Can Droid Touch the iPhone or is Resistance Futile?

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Can Droid Touch the iPhone or is Resistance Futile?

In February of 2007 I asked candidly if the fact that Verizon chose not to carry the iPhone will be remembered as a telecom blunder and more importantly I predicted in a year's time that we would look back at Verizon and say they really screwed up.

I still believe I was right about my prediction, just early. You see Verizon Wireless is still performing well from a financial perspective and thanks goes to the company's foresight in building a great network which consumers want to leave but just can't because it is that good. Another reason the company has done well to date is it has been able to steal share from Sprint.

But it is clear that the iPhone has exceeded the expectation of most every analyst and Verizon is finally scared. The first retaliatory shot fired by Verizon was carrying and marketing the Blackberry Storm and now Storm 2 - both touchscreen devices which are extremely iPhone like in their functionality and form. It is evident that this move was not enough and so the company has teamed with Google to bring out Android based phones.

But this is still not enough. Apple has a cult-like following and every application written for the iPhone makes it that much more difficult to compete with. Verizon realizes this and even has its own app store competition in the works.

But what has to drive Verizon execs crazy is the billboards and TV ads for iPhones and iPods. Apple is one of the best marketing companies around and certainly they are great at developing a handful of products consumers lust after.

In order to combat the marketing part of the equation, Verizon is coming out with an ad campaign taking aim squarely at the iPhone's weak points. And it should be mentioned there are lots of them.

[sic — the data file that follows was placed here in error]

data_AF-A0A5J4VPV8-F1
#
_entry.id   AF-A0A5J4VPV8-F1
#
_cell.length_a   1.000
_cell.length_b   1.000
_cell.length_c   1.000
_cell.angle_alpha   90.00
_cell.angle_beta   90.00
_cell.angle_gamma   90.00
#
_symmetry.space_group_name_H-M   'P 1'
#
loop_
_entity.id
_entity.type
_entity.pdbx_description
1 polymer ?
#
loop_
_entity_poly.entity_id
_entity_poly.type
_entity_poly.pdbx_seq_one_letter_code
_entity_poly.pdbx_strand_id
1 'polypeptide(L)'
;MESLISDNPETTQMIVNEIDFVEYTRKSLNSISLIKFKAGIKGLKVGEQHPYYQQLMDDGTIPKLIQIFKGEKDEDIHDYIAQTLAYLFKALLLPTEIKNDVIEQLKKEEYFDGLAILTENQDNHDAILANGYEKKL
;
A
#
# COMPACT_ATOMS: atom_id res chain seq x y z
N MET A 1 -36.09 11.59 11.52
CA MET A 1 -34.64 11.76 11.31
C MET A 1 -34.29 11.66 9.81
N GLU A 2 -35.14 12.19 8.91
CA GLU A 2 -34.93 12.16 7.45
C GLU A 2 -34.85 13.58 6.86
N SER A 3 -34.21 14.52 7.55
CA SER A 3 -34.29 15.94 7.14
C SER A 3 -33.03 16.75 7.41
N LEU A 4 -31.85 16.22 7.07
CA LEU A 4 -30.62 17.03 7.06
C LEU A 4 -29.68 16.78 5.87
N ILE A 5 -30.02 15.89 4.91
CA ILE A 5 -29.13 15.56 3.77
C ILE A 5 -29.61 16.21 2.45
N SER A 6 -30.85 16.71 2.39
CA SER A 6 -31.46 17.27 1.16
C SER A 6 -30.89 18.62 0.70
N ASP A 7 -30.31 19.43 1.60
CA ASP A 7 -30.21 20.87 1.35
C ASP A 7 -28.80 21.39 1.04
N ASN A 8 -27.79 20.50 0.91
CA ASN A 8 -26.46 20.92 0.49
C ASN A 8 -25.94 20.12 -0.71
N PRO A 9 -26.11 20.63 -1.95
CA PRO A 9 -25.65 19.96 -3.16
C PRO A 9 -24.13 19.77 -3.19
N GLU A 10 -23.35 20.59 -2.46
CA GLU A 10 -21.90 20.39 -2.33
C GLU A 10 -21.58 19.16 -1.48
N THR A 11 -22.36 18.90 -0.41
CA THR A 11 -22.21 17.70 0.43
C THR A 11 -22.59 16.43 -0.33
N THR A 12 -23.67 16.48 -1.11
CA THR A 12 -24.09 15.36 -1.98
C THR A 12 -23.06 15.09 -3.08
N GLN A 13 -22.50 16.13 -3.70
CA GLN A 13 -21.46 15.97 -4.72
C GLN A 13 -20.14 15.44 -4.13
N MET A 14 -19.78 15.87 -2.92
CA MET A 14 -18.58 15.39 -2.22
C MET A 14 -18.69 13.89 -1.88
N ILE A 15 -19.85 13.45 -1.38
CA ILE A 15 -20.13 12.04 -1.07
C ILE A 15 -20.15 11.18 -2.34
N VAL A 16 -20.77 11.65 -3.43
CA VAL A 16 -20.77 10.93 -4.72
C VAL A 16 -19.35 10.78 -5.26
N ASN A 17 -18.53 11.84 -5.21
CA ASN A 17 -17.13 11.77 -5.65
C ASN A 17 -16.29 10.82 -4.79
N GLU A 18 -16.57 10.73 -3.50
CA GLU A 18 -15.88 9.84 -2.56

Verizon's new ads target iPhone shortcomings




Some of these include no multitasking, no physical keyboard, a measly 3-megapixel camera, lack of customization (well without jailbreaking anyway), no widgets, no open development, no infrared camera and no battery changing.

A full two years after the iPhone was released, there may be finally a capable competitor in Motorola's new Droid phone. It has a 5 megapixel camera, 854x480 resolution, a 3.7" touchscreen, microSD slot, a decent sized keyboard which pulls out and a whole lot more.

But let us not get too hung up in feature envy as they can lead you astray. All too often the media (myself included) has focused on features when the user interface and subtle issues like being able to browse the web quickly are more important to users. Having said that, the inability to run any application you want and lack of multitasking are major iPhone drawbacks. The term jailbreak is appropriate because it allows you to break free from the closed application prison Apple puts its customers in.

The success of the iPhone should have taught mobile device makers everywhere that users want a polished product which has a very slick UI and they want to be able to surf as fast as an iPhone 3Gs and they want the phone to have a slick ad campaign which reinforces their decision to not buy an Apple.

Finally they want consistency. They don't want Verizon to abandon this ad campaign after they buy their phone. The phone is now like the car, people want it to be cool and hip and they want positive reinforcement. Porsche owners love to see Porsche ads and the same goes for the cell phone purchases consumers make. Droid is a very cool and hip name. It resonates. But if I have to state an early concern it is the squareness of this design. If we have learned anything from Apple it is that design matters. In other words, two years after the iPhone was released, Motorola has come out with a phone which looks worse. To me this is a signal that the company doesn't get design -still. And this should scare Motorola investors as Apple came up with the iPhone idea after their mobile phone joint-venture with Motorola failed and Cupertino realized that the mobile device company can't design a decent product.

What we know is Apple could use some real competition and RIM is certainly proving it is a contender. But let's look at the rest of the field. Microsoft's mobile initiatives are dying on the vine. Palm's Pre is a decent phone but it needed to come out before the iPhone because at this point I am not sure they can take share. Sony Ericsson and Nokia are choking. It is up to Google and in this case Motorola to provide resistance but one has to wonder (and excuse the Star Trek reference - but when discussing Droid - does one have a choice?) will resistance be futile?



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